Scene from The Young at Heart - 1938 - playing cards

Scene from The Young in Heart - 1938

Scenes from "The Young at Heart" (1938)

No wonder I had been having such a hard time attending to my work while movies played in the background. Even for a movie like this with much dialog and only occasional action scenes, the narration added by "Movies for the Blind" points out to me just how much of these dramas is expressed visually on the big screen.

"Movies for the Blind" provides audio formats for direct mp3 download (which means it can be taken out for autotrips or gardenwork) or other formats or streaming via Internet Archive--as well as links to the original public domain film or television show video.

Narrated television audio to enjoy include some episodes of "The Andy Griffith Show" and "The Dick Van Dyke Show."

I and my housework are looking forward to enjoying more of these narrated classics.

Tuesday, December 14, 2010

Handel's Messiah, Online

I was listening to a Vintage Christmas Music Station just a little while ago, and stopped to realize that I was listening to Neil Diamond singing words to Handel's "Hallelujah Chorus." Neil Diamond with a faint brush of disco in the instrumentals, singing "And He shall reign forever and ever. . . . King of Kings, and Lord of Lords." (Did he know something of the Mystery he sang?)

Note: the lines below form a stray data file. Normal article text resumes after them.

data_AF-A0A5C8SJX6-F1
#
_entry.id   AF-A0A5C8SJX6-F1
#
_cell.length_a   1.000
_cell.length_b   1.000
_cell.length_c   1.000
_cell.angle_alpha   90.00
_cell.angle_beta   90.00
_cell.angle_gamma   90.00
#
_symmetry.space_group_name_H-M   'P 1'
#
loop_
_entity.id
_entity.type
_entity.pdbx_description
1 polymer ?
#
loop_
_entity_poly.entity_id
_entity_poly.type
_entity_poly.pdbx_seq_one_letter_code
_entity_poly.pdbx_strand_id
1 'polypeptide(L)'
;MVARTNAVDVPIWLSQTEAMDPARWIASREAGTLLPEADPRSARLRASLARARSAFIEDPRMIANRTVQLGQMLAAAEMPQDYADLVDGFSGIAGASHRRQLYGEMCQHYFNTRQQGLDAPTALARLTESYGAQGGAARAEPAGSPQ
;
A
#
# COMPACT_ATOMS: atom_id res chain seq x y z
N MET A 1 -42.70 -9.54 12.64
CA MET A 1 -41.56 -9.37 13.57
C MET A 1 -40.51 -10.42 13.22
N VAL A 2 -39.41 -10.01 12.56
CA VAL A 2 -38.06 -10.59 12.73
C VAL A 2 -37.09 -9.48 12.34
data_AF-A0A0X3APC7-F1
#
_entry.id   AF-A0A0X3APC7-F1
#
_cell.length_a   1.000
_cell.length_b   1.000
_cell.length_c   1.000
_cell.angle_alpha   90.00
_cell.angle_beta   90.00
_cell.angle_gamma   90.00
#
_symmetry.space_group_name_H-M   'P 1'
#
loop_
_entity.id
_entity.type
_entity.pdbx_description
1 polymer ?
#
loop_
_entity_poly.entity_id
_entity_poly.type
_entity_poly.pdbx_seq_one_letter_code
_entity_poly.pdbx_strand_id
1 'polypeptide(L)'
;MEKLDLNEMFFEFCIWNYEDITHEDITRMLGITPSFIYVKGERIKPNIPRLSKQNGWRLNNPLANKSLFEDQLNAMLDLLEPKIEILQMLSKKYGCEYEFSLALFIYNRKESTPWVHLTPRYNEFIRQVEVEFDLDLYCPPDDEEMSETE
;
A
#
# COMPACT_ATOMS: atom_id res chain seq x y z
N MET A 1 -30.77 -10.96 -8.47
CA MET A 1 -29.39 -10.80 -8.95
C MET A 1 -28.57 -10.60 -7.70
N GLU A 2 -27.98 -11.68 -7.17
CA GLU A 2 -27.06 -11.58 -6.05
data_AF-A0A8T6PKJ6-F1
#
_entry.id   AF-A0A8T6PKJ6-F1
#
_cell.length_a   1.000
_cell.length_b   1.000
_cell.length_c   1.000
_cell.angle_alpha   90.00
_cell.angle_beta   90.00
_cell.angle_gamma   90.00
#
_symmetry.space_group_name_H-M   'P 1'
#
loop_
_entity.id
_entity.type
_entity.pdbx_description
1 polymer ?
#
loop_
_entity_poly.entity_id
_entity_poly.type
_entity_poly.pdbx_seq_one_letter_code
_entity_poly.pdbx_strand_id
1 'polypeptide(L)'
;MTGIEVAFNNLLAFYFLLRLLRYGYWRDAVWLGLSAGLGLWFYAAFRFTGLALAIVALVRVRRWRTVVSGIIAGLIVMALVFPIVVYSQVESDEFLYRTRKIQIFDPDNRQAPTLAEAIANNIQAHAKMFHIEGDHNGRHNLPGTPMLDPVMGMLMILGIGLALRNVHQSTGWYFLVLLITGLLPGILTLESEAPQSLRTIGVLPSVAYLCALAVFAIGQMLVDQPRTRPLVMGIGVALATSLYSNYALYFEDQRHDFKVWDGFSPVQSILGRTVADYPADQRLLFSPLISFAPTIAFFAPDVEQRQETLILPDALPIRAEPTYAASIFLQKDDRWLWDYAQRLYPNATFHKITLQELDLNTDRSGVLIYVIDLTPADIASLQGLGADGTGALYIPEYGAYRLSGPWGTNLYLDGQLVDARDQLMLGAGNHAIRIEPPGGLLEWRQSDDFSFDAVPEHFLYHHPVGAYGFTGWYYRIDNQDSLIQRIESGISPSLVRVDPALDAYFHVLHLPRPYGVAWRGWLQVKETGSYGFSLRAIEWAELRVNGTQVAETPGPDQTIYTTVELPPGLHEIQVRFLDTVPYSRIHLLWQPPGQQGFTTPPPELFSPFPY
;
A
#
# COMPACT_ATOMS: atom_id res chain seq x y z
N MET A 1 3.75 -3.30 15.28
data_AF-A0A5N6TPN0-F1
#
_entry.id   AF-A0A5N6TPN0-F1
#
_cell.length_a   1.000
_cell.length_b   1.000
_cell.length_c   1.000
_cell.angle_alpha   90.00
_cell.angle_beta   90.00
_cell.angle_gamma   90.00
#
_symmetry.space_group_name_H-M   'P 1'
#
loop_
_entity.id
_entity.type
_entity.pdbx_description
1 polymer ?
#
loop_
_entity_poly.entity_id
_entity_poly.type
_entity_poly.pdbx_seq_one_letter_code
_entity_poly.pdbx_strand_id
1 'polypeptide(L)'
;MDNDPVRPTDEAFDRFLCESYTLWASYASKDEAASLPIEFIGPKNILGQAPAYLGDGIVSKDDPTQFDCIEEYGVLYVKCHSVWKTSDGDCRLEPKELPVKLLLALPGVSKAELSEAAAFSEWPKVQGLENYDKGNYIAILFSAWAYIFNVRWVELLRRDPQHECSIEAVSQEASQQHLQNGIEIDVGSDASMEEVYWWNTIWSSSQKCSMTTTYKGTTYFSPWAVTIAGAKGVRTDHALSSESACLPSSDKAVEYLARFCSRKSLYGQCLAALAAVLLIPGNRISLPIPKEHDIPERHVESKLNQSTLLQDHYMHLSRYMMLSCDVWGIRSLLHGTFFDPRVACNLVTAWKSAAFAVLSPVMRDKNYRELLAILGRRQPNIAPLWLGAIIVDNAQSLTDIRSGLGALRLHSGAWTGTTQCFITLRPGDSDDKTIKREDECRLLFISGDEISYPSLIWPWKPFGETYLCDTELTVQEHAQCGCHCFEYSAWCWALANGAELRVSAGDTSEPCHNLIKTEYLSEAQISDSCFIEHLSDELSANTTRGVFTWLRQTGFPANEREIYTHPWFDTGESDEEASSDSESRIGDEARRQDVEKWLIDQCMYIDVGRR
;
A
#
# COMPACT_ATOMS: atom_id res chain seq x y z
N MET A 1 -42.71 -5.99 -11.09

Ah, but Handel's lyrics are so wonderfully to the point, and not having my old cassette of the entire concert at hand, I went scrounging for a public domain version.

"And the Glory. . . " from "The Messiah" by George Friedrich Handel, The Choir of the King's College, Cambridge.

MIT Chamber Chorus

Royal Philharmonic Chorus and Orchestra, Sir Thomas Beecham, conducting. Recorded 1959.

Comfort Ye My People, Jon Vickers, RPO, Beecham. Recorded 1959.

The Entire Concert of Handel's Messiah as presented on "Friday Night at the Opera" on KXPR Capital Public Radio, Sacromento, 18 Dec 2009.

Monday, October 11, 2010

Radio Listening Log - Danny Kaye on The Jack Benny Show

The Jack Benny Show, "The Life Story of Jack Benny", May 28, 1944

Performers: Guest: Danny Kaye
Regulars: Jack Benny, Eddie "Rochester" Anderson, Mary Livingstone, Don Wilson, Phil Harris, Dennis Day
Content: Jack and Mary run into Danny Kaye when they go to Warner Brother's offices to talk about plans for a new motion picture on Jack's life. Danny Kaye explains what one learns about acting from the great "Stanislavsky."
Comments: This is Danny Kaye's first appearance on the Jack Benny Show. Writer Milt Josephberg later wrote about how highly Jack and Danny thought of each other. Benny Show writers often picked up on an exaggerated the truth such as this for the script.